Note to go along with the question. The catcher need to know not to make a play on a runner that takes off to first with first occupied and less than 2 out. The umpire will help but it is his responsiblity to know not to throw. Then with 2 outs and the runner moving to first that batter/runner must be put out OR they can put out any runner that is in a force play situation. It does not have to be the batter/runner that is played on for the 3rd out.
Hope this helps.
Ump Arnald Swift
Hey Ump, I have another question. If the batter hits the ball down the first baseline & the 1st baseman fields the ball in front of the bag with one foot in fair & the foot in foul territory,is the ball fair or foul?
I really can't answer your question because the player has nothing to do with whether the ball is fair or foul. In the baseball what determines if a ball is fair or foul is where it's located when touched by a player. If the ball is on or over line when touched then the ball is fair regardless of where the player is. It is quite conceivable to have a player in fair territory when he touches the ball, but the ball is located outside of the line, therefore it is foul. To expand on this little bit a ball that is it and touches the ground in front of first or third base then passes over or inside of the base is fair regardless of where it touches after it passes the base. If the ball is in flight when it goes past first or third in what determines it to be fair or foul is where it lands or is first touched by a player. Therefore the reason I couldn't answer your question directly is you didn't tell me where the ball was when touch, and the player position has nothing to do with determining fair or foul.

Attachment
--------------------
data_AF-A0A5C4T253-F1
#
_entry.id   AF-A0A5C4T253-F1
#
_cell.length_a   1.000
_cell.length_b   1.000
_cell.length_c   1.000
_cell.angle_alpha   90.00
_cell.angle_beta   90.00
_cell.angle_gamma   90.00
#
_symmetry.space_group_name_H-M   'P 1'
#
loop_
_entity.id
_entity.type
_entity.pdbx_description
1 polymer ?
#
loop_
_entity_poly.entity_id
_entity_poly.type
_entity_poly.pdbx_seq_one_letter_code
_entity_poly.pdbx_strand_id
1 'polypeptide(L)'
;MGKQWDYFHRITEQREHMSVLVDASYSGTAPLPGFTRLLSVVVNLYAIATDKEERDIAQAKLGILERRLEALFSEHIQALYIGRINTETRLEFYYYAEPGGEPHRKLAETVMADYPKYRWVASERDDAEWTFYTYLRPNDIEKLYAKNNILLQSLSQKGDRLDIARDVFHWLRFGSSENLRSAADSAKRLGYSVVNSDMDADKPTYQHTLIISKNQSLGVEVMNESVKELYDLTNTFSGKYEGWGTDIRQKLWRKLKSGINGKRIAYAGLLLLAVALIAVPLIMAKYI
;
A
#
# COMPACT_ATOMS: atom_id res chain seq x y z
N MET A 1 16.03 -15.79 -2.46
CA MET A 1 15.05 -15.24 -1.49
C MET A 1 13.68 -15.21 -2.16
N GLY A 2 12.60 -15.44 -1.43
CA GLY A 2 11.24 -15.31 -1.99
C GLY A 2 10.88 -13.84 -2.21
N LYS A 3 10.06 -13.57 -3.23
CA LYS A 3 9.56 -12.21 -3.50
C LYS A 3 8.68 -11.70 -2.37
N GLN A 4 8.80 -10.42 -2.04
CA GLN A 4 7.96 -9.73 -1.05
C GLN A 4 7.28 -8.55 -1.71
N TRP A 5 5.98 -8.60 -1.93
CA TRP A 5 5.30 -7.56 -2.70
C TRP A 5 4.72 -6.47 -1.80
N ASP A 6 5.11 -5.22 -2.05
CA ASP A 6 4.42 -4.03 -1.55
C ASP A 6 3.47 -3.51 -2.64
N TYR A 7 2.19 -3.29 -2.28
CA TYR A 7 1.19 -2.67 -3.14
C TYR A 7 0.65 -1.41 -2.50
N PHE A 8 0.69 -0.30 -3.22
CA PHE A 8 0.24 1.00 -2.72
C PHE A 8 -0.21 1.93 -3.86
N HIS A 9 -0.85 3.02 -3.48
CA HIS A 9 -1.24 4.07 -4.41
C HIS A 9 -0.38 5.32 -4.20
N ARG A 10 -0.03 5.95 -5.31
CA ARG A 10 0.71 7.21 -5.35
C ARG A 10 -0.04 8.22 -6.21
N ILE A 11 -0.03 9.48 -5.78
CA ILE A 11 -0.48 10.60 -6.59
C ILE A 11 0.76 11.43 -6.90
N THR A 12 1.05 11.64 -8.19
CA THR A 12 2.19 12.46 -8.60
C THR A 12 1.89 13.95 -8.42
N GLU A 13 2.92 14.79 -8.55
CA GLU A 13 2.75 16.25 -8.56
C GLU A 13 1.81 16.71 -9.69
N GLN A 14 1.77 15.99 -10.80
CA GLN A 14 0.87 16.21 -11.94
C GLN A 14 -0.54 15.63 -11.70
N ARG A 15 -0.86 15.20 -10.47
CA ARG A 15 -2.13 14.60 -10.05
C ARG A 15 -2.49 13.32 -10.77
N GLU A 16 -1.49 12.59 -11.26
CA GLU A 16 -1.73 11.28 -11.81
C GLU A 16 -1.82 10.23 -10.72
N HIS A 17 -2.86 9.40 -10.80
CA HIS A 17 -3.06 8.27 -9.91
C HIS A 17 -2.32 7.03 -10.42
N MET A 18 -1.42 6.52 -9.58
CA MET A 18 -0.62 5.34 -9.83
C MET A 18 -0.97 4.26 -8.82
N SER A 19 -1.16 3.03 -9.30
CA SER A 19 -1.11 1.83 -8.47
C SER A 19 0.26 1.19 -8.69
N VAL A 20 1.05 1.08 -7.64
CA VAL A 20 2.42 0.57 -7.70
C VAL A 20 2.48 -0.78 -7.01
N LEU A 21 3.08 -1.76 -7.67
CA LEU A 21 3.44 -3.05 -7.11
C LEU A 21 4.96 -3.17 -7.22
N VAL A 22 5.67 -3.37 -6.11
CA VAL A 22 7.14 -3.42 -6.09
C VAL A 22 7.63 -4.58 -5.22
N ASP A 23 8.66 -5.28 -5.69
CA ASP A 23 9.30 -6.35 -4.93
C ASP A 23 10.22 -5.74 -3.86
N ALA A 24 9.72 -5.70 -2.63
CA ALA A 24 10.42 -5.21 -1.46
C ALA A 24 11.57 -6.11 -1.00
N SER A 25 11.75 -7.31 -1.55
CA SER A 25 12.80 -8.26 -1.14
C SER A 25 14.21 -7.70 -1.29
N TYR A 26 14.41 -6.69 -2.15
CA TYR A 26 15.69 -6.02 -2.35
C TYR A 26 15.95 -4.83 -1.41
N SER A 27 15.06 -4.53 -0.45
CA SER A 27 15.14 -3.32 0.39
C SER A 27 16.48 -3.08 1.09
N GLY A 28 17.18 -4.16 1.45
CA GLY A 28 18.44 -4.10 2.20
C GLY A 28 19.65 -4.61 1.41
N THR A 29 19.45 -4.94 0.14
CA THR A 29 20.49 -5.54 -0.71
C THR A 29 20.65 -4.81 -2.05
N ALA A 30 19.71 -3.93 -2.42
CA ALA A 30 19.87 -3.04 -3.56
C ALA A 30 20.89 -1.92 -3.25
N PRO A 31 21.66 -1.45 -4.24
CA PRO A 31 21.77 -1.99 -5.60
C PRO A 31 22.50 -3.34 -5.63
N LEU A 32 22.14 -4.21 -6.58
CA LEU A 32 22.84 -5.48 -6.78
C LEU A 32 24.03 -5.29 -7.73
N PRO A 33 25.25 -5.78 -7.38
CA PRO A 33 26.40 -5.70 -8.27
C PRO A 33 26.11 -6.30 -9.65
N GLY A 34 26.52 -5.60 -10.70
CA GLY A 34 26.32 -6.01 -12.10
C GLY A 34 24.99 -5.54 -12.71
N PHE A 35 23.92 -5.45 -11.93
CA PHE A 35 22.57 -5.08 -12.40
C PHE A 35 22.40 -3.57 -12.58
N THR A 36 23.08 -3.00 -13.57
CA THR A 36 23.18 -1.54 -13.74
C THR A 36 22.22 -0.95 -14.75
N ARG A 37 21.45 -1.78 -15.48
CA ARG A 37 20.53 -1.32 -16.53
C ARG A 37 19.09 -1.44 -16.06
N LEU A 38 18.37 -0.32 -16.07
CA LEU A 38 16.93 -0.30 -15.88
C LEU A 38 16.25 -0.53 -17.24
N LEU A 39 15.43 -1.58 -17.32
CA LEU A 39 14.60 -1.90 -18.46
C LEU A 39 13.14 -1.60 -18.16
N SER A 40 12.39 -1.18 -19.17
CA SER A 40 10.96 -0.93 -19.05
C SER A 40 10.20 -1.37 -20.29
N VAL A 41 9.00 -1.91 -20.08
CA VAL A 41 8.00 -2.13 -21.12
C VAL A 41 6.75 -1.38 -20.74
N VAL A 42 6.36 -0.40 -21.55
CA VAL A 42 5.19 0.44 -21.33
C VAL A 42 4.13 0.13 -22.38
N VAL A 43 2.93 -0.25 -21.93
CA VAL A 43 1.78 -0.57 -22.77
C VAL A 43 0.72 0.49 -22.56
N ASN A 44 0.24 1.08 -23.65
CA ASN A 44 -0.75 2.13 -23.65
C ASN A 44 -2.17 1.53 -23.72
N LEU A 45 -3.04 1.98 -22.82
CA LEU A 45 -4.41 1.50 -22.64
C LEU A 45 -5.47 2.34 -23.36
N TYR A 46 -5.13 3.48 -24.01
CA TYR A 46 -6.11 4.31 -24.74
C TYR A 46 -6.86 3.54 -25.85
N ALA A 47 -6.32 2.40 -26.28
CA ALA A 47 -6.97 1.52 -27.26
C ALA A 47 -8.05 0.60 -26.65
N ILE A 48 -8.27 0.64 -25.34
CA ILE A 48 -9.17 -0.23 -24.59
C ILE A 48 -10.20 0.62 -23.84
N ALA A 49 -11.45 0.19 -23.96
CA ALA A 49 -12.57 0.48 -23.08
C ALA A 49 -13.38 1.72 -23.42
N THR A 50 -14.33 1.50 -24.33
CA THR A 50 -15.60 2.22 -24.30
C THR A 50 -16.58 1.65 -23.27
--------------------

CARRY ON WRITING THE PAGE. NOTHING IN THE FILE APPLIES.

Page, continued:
Is it legal for the first baseman to have his feet, one or both, in foul territory while holding a runner at first base? Kevin
Rule you must have eight players in fair territory- catcher is only one that can start in foul territory. The rule is really designed to keep a coach from placing a player behind the catcher during an intentional walk, or some other defensive scheme before a live pitch.
To answer your question directly if you have 1 foot in foul territory and be considered okay, but he may not have both feet in foul territory which by the way is very difficult to do but that would be illegal.
I can tell you right now it's an extraordinarily rare call on first baseman while he is holding a runner on base. As the proper position for a first baseman right or left-handed is to place his heel on the front inside corner so as to be able to receive the ball, swipe tag, and not have the runner interfere with his receiving the ball by getting in between him and the ball. If your first base with his standing in foul territory he's cheating himself.
Umpire Arnald Swift